This painting, Reverse Beach, 2019, is from Rob Thom’s exhibition at M+B Los Angeles, The Beast. Thom’s vision of American life takes on many forms, often focused on its more absurd qualities.
Currently at the Spartanburg Museum of Art in South Carolina is fiber filled, an exhibition consisting of two art installations. The one pictured above is by artist Samuelle Green, titled Manifestation 8: Permutation 1.
Her statement about the work-
There is structure and design inherent in the natural world, which we constantly draw from and take for granted. We generally fail to acknowledge the skill, time, and detail required to manifest the intricate structures found in objects we encounter regularly- such as those found in bird and wasps nests, beehives, spiderwebs, rock formations, anthills, feathers, etc.
My work, especially the large scale installations like this one, reference these natural forms as they merge with human-made objects, inspiring contemplation.
Also check out the museum’s site for a short video from the artist going into more detail on her process.
The other installation is by Liz Miller, titled Alchemical Conundrum, part of which is seen below.
Her statement about the work-
My work explores the fallibility of infrastructure and the precariousness of perceptions, as seen through a materially-intensive process-based lens. I create elaborate site specific installations that are equal parts absurd, menacing, and poetic. Pattern and tactility confuse and complicate identification, camouflaging recognizable forms and evoking recognition when applied to non-objective forms. The tensions between fact/fiction and dimensionality/flatness are endlessly fascinating to me, playing out my work as a dialogue between reality and illusion.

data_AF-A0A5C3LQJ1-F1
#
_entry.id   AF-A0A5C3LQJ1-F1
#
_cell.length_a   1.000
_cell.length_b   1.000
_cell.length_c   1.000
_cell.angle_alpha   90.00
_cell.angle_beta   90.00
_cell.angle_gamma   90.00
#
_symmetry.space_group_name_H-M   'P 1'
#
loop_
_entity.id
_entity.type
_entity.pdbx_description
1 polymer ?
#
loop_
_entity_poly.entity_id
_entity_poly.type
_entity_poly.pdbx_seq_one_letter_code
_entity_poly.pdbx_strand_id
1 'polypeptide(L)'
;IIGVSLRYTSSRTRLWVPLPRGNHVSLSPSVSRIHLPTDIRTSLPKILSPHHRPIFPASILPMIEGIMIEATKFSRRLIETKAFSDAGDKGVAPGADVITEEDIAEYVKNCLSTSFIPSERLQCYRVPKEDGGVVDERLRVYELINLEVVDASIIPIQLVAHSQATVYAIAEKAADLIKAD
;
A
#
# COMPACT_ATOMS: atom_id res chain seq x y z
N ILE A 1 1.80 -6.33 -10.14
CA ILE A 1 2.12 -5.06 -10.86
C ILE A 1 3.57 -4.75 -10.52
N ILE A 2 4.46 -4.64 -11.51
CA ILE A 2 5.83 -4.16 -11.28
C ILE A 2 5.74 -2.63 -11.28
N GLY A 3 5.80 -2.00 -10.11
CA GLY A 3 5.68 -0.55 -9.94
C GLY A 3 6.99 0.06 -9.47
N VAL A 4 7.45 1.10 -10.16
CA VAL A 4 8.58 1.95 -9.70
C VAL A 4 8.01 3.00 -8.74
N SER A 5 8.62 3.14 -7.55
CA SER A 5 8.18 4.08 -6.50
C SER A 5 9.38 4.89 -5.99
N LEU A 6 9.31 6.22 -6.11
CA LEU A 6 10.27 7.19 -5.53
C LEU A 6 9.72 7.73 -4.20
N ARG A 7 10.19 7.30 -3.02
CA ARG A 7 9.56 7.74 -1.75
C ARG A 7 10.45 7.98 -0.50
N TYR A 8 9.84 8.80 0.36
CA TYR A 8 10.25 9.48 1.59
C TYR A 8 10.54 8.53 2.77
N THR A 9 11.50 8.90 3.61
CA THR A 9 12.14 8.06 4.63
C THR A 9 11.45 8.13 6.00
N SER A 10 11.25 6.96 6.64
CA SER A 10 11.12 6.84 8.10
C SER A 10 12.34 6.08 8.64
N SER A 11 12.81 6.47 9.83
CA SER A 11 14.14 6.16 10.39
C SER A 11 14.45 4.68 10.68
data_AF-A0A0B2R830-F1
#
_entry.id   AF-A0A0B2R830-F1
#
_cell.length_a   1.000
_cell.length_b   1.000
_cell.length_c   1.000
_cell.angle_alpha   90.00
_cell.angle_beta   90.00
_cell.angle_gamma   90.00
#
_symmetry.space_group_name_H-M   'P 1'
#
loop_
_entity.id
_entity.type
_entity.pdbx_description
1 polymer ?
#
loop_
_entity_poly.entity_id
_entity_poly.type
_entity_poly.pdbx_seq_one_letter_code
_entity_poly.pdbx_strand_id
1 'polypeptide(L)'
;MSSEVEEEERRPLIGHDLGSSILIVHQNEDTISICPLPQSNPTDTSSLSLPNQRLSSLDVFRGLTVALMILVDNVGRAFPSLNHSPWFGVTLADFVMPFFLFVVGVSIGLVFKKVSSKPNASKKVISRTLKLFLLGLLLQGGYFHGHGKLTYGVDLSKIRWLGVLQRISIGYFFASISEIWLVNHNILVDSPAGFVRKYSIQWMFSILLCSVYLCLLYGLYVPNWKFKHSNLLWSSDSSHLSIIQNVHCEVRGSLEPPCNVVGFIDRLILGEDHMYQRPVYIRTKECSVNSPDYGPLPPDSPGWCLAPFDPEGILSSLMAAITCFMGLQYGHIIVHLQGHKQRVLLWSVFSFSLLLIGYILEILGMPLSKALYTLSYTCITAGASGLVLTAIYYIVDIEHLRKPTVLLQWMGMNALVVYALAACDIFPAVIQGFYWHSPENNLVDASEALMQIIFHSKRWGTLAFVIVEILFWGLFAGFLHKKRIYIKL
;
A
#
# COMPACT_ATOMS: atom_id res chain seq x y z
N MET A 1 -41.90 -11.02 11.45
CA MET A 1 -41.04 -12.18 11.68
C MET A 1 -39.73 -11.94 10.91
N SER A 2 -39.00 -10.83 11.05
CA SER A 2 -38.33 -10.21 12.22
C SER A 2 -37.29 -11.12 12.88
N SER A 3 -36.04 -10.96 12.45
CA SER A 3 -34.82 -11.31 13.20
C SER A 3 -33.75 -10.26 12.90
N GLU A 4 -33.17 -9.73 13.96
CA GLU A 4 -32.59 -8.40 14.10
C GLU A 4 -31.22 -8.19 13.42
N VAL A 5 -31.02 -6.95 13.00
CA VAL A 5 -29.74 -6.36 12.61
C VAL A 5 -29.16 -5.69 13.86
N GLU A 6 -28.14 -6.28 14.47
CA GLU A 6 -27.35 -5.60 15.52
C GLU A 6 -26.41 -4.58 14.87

More recently I have become fascinated with rope and knotting as a byproduct of my large-scale installations, where I utilize rope to achieve tension that gives volume to otherwise flat materials. The varied use of rope and knotting across cultures and history ranges from utilitarian to decorative, and even deadly. I create interdependent knotted topographies that allude to both structure and malleability. The repeated act of tying by hand integrates an emphatic sense of strength, while the flexibility and nuance of the textile material ensures structural permutations. The resulting works are only quasi-architectural providing metaphorical insight laced with humor as related to a variety of structural and systemic behavior.